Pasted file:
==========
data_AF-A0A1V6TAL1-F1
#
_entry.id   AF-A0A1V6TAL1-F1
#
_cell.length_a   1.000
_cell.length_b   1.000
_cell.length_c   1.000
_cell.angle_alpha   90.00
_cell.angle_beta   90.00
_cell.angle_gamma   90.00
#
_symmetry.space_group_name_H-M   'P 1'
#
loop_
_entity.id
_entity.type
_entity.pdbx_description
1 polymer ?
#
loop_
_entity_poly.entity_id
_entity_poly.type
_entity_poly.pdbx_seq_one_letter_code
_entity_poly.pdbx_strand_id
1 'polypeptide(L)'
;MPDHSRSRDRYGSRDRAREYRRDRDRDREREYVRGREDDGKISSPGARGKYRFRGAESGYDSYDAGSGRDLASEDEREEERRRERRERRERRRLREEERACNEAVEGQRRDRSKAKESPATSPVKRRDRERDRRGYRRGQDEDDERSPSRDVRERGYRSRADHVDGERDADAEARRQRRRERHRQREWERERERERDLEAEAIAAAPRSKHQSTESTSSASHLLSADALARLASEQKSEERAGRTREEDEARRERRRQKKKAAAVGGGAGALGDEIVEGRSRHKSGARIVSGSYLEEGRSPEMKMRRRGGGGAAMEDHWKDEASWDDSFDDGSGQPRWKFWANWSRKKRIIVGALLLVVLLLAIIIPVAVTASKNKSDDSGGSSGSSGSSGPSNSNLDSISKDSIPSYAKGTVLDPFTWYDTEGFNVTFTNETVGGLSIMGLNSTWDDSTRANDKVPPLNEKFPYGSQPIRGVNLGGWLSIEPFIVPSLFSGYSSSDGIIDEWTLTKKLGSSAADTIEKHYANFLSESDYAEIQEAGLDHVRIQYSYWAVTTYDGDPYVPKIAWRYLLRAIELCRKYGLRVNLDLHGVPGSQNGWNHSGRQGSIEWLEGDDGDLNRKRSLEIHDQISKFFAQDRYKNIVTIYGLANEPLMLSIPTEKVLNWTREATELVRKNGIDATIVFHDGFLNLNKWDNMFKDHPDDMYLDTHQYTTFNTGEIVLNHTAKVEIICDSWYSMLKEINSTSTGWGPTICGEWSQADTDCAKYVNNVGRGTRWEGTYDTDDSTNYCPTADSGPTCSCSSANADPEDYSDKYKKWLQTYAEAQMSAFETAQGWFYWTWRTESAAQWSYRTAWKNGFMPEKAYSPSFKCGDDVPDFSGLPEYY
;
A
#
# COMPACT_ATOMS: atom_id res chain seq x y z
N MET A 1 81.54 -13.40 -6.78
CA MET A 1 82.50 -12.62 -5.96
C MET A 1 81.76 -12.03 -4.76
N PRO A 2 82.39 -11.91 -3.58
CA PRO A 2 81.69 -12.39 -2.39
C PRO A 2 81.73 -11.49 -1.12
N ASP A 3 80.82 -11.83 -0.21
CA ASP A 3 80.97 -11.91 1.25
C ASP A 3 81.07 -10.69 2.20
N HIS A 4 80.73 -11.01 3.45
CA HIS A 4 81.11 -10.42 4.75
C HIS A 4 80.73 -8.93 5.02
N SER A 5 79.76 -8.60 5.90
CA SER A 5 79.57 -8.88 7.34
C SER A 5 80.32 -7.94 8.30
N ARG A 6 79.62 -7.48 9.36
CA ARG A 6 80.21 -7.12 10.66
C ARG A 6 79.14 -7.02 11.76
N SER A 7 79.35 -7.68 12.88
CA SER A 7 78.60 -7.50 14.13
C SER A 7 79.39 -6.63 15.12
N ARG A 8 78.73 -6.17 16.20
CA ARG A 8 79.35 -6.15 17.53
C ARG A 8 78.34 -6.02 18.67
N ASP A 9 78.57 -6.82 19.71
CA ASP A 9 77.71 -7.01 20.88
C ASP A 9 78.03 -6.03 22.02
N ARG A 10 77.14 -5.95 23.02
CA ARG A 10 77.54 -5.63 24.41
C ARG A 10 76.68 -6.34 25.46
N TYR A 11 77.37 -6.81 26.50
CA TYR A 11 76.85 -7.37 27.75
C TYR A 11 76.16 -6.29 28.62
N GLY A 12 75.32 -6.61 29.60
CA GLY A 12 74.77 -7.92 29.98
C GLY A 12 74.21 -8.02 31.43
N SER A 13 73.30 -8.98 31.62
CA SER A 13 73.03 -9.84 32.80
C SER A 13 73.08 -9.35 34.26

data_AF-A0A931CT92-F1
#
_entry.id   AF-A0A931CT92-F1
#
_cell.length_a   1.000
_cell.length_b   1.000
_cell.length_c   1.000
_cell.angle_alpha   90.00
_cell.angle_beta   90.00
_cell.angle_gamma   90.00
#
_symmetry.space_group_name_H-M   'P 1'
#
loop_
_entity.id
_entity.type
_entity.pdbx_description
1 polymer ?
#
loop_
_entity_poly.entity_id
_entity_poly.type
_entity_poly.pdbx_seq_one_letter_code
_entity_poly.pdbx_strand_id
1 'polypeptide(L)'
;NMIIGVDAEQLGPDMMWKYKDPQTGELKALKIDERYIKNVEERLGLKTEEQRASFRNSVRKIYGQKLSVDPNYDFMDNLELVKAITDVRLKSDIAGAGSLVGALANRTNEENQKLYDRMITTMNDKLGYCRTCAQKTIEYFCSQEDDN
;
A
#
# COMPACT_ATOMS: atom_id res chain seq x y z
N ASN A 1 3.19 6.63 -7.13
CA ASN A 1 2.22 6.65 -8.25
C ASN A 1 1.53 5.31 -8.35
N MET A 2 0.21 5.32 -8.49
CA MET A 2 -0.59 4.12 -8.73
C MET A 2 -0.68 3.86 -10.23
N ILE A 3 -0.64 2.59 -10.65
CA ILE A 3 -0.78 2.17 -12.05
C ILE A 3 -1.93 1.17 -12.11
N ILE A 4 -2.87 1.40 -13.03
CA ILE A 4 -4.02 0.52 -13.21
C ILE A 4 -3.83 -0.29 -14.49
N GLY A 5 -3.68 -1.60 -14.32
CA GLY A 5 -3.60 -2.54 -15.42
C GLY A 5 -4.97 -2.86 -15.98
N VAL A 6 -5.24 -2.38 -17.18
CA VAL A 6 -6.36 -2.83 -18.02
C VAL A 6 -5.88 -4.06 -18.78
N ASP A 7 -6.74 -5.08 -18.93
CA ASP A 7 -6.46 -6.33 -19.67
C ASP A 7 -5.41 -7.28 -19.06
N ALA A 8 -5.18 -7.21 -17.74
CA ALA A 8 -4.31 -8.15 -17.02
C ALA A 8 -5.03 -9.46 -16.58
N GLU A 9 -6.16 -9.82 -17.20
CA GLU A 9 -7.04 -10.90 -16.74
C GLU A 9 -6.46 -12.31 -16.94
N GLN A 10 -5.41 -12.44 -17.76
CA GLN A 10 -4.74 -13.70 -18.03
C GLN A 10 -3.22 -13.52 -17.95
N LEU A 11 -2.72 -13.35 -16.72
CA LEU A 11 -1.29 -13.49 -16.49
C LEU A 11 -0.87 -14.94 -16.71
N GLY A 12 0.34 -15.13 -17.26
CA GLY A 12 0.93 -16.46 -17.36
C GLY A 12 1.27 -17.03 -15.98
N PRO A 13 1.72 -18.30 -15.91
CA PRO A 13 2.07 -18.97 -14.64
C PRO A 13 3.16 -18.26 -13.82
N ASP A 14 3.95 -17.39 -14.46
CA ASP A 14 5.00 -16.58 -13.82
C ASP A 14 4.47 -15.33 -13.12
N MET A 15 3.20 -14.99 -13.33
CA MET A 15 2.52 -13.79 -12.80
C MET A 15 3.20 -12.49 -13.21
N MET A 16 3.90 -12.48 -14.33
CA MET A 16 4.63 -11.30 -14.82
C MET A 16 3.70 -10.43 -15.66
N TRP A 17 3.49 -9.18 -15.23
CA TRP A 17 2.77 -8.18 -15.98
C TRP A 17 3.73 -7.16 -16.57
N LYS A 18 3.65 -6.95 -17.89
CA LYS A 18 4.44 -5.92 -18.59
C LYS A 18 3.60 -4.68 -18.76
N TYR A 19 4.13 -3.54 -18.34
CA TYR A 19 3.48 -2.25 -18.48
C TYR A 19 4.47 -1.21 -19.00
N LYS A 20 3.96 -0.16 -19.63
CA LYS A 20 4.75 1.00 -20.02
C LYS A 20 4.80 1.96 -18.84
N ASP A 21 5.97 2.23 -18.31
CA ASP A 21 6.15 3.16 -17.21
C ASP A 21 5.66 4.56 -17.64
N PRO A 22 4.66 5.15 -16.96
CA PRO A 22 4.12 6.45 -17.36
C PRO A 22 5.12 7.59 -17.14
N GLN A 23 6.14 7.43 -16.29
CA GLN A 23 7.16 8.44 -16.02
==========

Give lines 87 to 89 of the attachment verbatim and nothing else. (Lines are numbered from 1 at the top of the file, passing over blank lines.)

1 polymer ?
#
loop_